It will be a shameful day for Australia if it does not change its Constitution to both prohibit racial discrimination and recognise Aboriginal and Torres Strait Islander people.
The proposed changes are, individually, both worthy and overdue. But together they become complex enough to threaten the success of any referendum.
The recommendations are to remove the “race power” section, prohibit racial discrimination, but allow positive discrimination “for the purpose of overcoming disadvantage, ameliorating the effects of past discrimination or protecting the cultures, languages or heritage of any group”, to recognise indigenous Australians in the Constitution itself (rather than in a preamble), and to acknowledge indigenous languages.
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It was only Day 13 of the New Year, 2012. And on this day, I attended the funeral of the eighth South Australian Aboriginal person to die – the eighth death in our small community this year. And it was only Day 13.
These eight deaths are not of Aboriginal people who have lived to a ripe old age. The funerals were not celebrations of long and productive lives. No, they were all premature deaths, some of them violent, all premature and preventable.
Aboriginal people are always at funerals. We attend out of respect for our people and community. We give our condolences and cry for our loved ones.
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You don’t often hear people challenging someone’s claim to be Italian. Or Swedish, or American. Generally you accept what they say even if they don’t have an accent, or a funny surname, or blond hair.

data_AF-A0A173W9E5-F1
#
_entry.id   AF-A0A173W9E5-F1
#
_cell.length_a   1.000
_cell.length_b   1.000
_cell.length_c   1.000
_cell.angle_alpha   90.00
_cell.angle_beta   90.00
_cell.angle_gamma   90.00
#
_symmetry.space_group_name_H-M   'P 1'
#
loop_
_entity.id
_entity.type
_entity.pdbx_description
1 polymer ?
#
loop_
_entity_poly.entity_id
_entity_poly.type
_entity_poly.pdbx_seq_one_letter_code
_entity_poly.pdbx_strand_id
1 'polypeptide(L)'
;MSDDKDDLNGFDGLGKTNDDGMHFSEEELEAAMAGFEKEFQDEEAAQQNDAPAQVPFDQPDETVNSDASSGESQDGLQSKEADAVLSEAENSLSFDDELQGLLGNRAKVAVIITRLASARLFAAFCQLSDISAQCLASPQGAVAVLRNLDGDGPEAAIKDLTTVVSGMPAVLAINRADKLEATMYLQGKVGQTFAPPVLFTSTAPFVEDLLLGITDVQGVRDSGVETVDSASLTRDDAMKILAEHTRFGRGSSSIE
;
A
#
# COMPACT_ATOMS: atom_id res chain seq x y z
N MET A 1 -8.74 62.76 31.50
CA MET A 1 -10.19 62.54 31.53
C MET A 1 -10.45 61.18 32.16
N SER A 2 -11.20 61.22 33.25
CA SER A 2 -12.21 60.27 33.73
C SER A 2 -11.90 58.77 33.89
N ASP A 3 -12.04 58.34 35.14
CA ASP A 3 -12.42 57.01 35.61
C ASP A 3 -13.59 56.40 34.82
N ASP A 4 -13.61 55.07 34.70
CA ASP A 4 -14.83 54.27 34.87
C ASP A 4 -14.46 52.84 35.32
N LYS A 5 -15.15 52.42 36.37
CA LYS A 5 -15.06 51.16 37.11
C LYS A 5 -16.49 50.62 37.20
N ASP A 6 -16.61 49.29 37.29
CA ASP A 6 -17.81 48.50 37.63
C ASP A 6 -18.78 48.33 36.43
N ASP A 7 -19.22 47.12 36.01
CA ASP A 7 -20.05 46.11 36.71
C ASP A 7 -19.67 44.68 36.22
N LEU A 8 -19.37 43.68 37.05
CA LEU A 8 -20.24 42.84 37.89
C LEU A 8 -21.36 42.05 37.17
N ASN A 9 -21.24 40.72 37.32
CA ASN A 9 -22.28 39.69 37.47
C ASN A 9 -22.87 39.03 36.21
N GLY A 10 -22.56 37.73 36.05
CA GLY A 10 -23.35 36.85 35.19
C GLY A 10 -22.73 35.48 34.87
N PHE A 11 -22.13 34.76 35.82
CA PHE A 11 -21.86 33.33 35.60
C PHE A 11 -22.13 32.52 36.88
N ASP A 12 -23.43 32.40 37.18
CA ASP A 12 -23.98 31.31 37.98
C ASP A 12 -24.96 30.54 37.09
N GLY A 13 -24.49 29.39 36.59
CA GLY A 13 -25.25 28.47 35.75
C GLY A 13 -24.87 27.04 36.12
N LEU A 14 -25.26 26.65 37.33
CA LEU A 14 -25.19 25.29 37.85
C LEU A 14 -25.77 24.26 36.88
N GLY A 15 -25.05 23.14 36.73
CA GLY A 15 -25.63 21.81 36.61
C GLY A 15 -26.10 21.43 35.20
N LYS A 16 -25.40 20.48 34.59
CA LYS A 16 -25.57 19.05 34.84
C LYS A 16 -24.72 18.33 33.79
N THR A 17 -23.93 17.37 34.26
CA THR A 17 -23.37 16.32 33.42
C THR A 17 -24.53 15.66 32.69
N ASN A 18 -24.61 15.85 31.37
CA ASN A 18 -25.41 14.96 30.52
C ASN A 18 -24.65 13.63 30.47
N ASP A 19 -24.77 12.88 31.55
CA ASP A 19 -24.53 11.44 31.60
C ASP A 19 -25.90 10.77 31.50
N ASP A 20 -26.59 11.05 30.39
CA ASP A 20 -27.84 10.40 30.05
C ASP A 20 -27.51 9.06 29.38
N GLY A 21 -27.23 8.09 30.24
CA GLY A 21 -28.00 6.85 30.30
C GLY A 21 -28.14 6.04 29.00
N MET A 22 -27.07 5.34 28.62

Aboriginality, on the other hand, apparently remains a contested field.
The Federal Court last week decided that high-profile and controversial columnist Andrew Bolt had breached the Racial Discrimination Act in his columns ‘It’s so hip to be black’, and ‘White fellas in the black’, which questioned why nine prominent ‘fair-skinned Aborigines’ identified as Aboriginal.
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Self-identity - who you are, what your values are and what you believe - is critical to success in any society, whether it is cultural, sporting, professional or political.
Without a firm understanding of who you are, it is very difficult to present a point of view or know where you stand on a particular topic.
Not knowing or recognising your cultural heritage will suppress your purpose throughout life.
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The Prime Minister has announced that she will establish an expert panel to investigate the best way for indigenous people to be recognised in the Australian Constitution.
Julia Gillard’s announcement is no surprise in of itself. It merely makes good on an election promise and, at least among major political parties, has bipartisan support.
But as Kevin Rudd has showed us, the road from announcing an “expert panel” to something actually getting done is a long one, and there are a lot few issues to be teased out between now and seeing this in the Constitution.
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